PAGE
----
Addendum to “Are We the Church?”

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A little clarification…

These are the final paragraphs of my September 1st post:

He [God] demands authentic love and relationship with Him—and with others.

Authentic love and relationship means being honest about our differences, the disagreements. Authenticity is the admission of our own triggers; our shortcomings; our insecurities. Authentic love and relationship means sharing our stories. Our full stories. Confessing the reality of who we really are—the bits we like and the bits we loathe—to God and to others is part of how we grow in relationship. “As soon as we take control of our relationship with God, we begin to isolate ourselves from the other cells and become a cancerous, destructive presence in the body.”

Somewhere in there, is the difference between an embarrassing choral performance and a creative and nurturing interplay of our spiritual gifts. The manifestation of this difference in our relationships is my prayer.”

I realize I may have afforded too much room for inference between Mulholland’s quote, authentic love/relationship and how that relates to the Church. To begin, the previous paragraphs in yesterday’s post, I hope, establish the necessity of being in community with other Christians—and how Christian communities, like any other communities, can be inhospitable. Inhospitable is something the Church should never be, yet it is, and we are called to be in community. We are also called to be in relationship with God and I would hope it is evident that being in relationship with God is pivotal to our existence as Christians.

With that established, I believe our relationship with God affects our relationships with others. Authentic relationship with God should change us. We cannot help but be changed when we allow God to work. This means admitting you do not have things figured out, it means shutting up for a change in order to hear what He is saying. It means coming to God in an attitude of simply wanting to be in His presence. If we are being real and not making it about us but about God, noting Jesus’ behavior and getting to know the nature of God, changes everything. However, don’t be so quick to think your relationship with God is something so deeply individual that it is unaffected by those around you.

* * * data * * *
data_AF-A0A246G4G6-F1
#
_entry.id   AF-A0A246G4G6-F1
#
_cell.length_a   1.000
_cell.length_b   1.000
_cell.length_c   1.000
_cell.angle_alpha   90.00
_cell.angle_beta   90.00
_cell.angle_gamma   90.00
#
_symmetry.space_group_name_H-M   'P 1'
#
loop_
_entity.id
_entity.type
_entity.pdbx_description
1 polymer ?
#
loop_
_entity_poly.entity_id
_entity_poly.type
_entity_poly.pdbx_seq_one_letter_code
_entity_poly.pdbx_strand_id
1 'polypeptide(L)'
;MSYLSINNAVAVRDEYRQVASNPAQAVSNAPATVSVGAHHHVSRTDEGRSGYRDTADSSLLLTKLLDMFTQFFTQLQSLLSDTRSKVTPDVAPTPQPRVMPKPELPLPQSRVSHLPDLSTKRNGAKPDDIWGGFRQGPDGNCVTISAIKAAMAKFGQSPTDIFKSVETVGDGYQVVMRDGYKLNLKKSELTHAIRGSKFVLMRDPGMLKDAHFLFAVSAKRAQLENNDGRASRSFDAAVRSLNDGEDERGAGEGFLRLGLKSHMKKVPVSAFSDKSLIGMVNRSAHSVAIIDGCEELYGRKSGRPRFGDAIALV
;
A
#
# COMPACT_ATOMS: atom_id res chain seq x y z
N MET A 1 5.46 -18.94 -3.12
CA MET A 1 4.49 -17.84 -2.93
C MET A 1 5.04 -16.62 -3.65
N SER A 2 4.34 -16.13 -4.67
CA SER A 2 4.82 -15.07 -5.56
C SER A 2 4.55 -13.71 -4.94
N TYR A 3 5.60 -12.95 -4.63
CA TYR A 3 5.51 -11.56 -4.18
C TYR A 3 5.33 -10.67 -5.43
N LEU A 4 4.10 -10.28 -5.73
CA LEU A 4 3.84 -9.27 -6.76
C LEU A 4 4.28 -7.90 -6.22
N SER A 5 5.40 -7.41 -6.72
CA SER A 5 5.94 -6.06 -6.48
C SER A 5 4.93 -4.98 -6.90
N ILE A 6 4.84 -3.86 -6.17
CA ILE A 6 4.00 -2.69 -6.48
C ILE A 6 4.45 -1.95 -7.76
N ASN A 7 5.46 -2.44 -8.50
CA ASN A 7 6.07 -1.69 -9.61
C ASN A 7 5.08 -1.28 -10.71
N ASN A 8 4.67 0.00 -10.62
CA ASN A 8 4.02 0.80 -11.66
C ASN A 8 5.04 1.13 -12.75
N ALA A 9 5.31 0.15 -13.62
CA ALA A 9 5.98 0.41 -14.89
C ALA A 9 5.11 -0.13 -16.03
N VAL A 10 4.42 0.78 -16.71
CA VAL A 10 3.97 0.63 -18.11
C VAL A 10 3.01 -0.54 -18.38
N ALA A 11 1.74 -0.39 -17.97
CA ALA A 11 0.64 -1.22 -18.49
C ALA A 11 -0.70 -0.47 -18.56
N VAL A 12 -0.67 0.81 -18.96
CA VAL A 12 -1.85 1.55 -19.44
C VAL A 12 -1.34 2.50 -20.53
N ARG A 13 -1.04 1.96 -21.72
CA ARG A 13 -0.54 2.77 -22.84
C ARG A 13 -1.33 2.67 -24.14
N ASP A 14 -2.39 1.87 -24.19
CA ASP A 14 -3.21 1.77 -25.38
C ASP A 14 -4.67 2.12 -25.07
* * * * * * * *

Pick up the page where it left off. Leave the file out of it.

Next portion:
Our relationships with others affect our relationship with God. When those with whom we are in relationship are pursuing God, and able to discern their humanity from God’s divinity, those relationships can become the most edifying and the most growing. Why? I think about it like I think about peer editing. When I was on staff with Canyon Voices Literary Magazine, we edited dozens of pieces. Being editors was not about taking another’s piece and making it walk and talk like our own work. The goal is always about encouraging the best possible version of the piece to come out and play without tampering with the style and voice of the original author. Healthy relationships do not fear editing because all those involved desire the best version of us. Those relationships desire health and wholeness for us and will point out the things about us that keep us in our un-health.

Unfortunately, it works the other way as well. We cannot be, as Mulholland says, “conformed to the image of Christ for the sake of others” without others. Our relationships with others speak into our spiritual journey for better and for worse. Unhealthy relationships encourage us to remain in our brokenness and do not become the bolstering force needed to pursue our relationship with God. Mulholland beautifully enumerates ways in which this comes to fruition in our lives—the good and the bad.

In regard to Mulholland’s statement, “As soon as we take control of our relationship with God, we begin to isolate ourselves from the other cells and become a cancerous, destructive presence in the body,” there are a number of things insinuated here especially in light of everything I have addressed so far. Our relationship with God should move us toward other members of the Church. It should move us toward restoration of relationship and extending grace to others. Our relationship with God will never call us to wash our hands of people or to spew meanness of any kind. Mulholland uses the term, “binding together” in love and support as we try to be who God has called us to be, to characterize the interaction of corporate and individual spirituality. Individual relationship with God moves us to be in community and worship in community nurtures the individual being.

When we control our relationship with others, or with God, it affects everything else. We become cancerous and destructive, resembling as many different forms of cancer and destruction as there are people. For example, when we are dishonest, obstinate, selfish, prideful, extremely pious, insensitive, unwilling to be vulnerable ect. These are ways of distancing self from God and others thereby being inauthentic and manipulating the relationship to suit our level of comfort. When we remain comfortable we do not grow. We become dead weight, an impediment on the journey to individual and corporate spiritual formation.

Invitation to a Journey is really excellent. I have merely provided some tugged-on-my-heart-snip-its. His book is a must-read if you are a Christian, a leader, a church-goer, a human.

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